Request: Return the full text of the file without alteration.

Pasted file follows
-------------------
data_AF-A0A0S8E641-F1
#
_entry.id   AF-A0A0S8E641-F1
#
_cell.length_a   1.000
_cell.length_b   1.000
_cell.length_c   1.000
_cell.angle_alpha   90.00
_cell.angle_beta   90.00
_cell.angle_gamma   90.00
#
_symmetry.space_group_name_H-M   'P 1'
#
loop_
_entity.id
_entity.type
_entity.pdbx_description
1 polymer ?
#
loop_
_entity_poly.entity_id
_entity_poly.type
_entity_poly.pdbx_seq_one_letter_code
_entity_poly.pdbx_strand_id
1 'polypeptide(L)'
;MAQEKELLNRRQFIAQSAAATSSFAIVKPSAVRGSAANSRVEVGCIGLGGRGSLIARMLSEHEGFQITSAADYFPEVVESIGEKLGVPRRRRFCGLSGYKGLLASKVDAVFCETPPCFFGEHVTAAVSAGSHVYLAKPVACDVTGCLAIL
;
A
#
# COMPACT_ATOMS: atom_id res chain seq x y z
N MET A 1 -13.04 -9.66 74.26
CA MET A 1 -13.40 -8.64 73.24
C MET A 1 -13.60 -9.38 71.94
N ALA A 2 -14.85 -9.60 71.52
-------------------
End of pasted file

data_AF-A0A0S8E641-F1
#
_entry.id   AF-A0A0S8E641-F1
#
_cell.length_a   1.000
_cell.length_b   1.000
_cell.length_c   1.000
_cell.angle_alpha   90.00
_cell.angle_beta   90.00
_cell.angle_gamma   90.00
#
_symmetry.space_group_name_H-M   'P 1'
#
loop_
_entity.id
_entity.type
_entity.pdbx_description
1 polymer ?
#
loop_
_entity_poly.entity_id
_entity_poly.type
_entity_poly.pdbx_seq_one_letter_code
_entity_poly.pdbx_strand_id
1 'polypeptide(L)'
;MAQEKELLNRRQFIAQSAAATSSFAIVKPSAVRGSAANSRVEVGCIGLGGRGSLIARMLSEHEGFQITSAADYFPEVVESIGEKLGVPRRRRFCGLSGYKGLLASKVDAVFCETPPCFFGEHVTAAVSAGSHVYLAKPVACDVTGCLAIL
;
A
#
# COMPACT_ATOMS: atom_id res chain seq x y z
N MET A 1 -13.04 -9.66 74.26
CA MET A 1 -13.40 -8.64 73.24
C MET A 1 -13.60 -9.38 71.94
N ALA A 2 -14.85 -9.60 71.52